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There’s something really cool about watching my children play with my sister’s children. And there’s something so incredibly heartwarming about hearing my daughter proudly say that her big cousins are her “bruthas” (as she pronounces it.)


I mean—I am watching my daughters play with my niece and nephews the same way their mother (my sister) and I played together when we were little. It’s trippy. Our kids are growing up together as cousins, but sometimes it actually seems like they’re more like siblings. They bicker, they fight, they tattletale. They hug, they make up, they protect each other.

I feel really lucky to be raising my kids alongside my sister, who is also one of my best friends. And I feel humbled to watch the relationships our children have formed grow and change and develop over the years. I hope they always stay close.

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Cousins are a true gift.

Why?

1. Because they are each other’s first best friends.

Sure, if you have siblings, they are too—but cousins are like siblings that don’t annoy you as much. ? My children and their cousins have been friends since the second they were born. The new cousins coming into the family will be the same way—these new “rat pack” members (as we call them) will be inducted into the club the second they are here.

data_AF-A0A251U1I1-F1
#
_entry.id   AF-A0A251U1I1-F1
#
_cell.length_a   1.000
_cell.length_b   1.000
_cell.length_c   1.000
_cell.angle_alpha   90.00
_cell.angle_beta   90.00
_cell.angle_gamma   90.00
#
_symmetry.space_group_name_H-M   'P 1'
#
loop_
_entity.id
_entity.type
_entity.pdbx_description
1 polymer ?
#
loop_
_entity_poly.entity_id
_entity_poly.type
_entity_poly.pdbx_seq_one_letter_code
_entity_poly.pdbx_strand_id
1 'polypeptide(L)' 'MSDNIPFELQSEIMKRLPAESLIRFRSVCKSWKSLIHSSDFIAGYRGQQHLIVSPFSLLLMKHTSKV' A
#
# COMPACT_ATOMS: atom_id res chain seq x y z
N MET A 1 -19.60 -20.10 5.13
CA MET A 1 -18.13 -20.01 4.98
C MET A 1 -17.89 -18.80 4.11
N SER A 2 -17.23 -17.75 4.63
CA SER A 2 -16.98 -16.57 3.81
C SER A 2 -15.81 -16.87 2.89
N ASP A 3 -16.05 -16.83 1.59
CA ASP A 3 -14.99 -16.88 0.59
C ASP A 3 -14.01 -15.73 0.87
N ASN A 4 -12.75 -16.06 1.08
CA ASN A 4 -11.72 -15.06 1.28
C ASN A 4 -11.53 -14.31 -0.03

It makes me laugh to think of all the funny childhood memories and stories they will share for years to come—you don’t get that with just any friend.

2. They protect one another.

These guys can fight and argue with the best of ‘em. They have cousin rivalry. They like to tease each other and steal the specific toy the other one is playing with. But they protect and defend each other when necessary. It’s so comforting to see these moments of protection to balance out those moments of bickering.

I know they’ll always have each other’s backs—forever.

3. They “get” it.

They’re from the same family—they “get” where they come from. When they’re older they’ll be able to laugh and joke about the specific dysfunctional aspects of our family and hey that doesn’t bother me. It’s nice to know they’ll have someone to confide in.

They’re friends who they can share family celebrations with—like when someone gets married or has a new baby. They have the same grandparents to spend time with together.

They’re making lifelong memories with each other all the time.

4. They will always have people to hang out with at family functions.

At the holidays, and on family vacations. When they get tired of hanging with their siblings, there will always be another option. And if they have lots of cousins, then they’ll have lots of options!

And let’s not forget how helpful this is for the parents too. When the kiddos can entertain each other, then the moms and dads can get some much-needed (and deserved) relaxation time. Cheers! ?

5. They love each other unconditionally.

They’re blood—their bond is strong and unbreakable. They may get into little tiffs here and there, but the love they share runs deep. My kids live less than ten minutes right now from their only cousins, but there will be more cousins to come. Cousins who live hours and hours away. But they will love each other all the same because they’re family. And family is everything.